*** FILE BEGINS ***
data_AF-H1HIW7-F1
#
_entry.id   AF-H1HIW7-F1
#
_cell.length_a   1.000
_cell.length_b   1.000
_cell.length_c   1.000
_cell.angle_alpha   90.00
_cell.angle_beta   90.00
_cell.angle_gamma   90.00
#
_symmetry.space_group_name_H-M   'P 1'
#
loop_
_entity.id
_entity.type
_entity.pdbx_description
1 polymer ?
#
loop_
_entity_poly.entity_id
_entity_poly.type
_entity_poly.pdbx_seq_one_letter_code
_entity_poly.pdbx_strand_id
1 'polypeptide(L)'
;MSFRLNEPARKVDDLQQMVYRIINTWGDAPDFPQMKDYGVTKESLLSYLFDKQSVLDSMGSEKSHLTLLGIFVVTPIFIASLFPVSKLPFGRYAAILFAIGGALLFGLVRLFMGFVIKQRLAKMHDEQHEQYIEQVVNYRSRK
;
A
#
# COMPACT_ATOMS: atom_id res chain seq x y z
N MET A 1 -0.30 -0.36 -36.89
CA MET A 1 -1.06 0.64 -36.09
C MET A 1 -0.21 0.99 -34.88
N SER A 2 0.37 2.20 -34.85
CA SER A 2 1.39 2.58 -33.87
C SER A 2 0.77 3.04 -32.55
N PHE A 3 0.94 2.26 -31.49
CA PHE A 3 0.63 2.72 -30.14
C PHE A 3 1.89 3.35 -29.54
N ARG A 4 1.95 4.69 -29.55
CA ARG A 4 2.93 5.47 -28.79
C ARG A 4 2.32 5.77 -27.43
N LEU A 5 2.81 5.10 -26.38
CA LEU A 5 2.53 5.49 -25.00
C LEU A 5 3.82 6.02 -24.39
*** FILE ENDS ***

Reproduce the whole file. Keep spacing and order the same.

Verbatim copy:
data_AF-H1HIW7-F1
#
_entry.id   AF-H1HIW7-F1
#
_cell.length_a   1.000
_cell.length_b   1.000
_cell.length_c   1.000
_cell.angle_alpha   90.00
_cell.angle_beta   90.00
_cell.angle_gamma   90.00
#
_symmetry.space_group_name_H-M   'P 1'
#
loop_
_entity.id
_entity.type
_entity.pdbx_description
1 polymer ?
#
loop_
_entity_poly.entity_id
_entity_poly.type
_entity_poly.pdbx_seq_one_letter_code
_entity_poly.pdbx_strand_id
1 'polypeptide(L)'
;MSFRLNEPARKVDDLQQMVYRIINTWGDAPDFPQMKDYGVTKESLLSYLFDKQSVLDSMGSEKSHLTLLGIFVVTPIFIASLFPVSKLPFGRYAAILFAIGGALLFGLVRLFMGFVIKQRLAKMHDEQHEQYIEQVVNYRSRK
;
A
#
# COMPACT_ATOMS: atom_id res chain seq x y z
N MET A 1 -0.30 -0.36 -36.89
CA MET A 1 -1.06 0.64 -36.09
C MET A 1 -0.21 0.99 -34.88
N SER A 2 0.37 2.20 -34.85
CA SER A 2 1.39 2.58 -33.87
C SER A 2 0.77 3.04 -32.55
N PHE A 3 0.94 2.26 -31.49
CA PHE A 3 0.63 2.72 -30.14
C PHE A 3 1.89 3.35 -29.54
N ARG A 4 1.95 4.69 -29.55
CA ARG A 4 2.93 5.47 -28.79
C ARG A 4 2.32 5.77 -27.43
N LEU A 5 2.81 5.10 -26.38
CA LEU A 5 2.53 5.49 -25.00
C LEU A 5 3.82 6.02 -24.39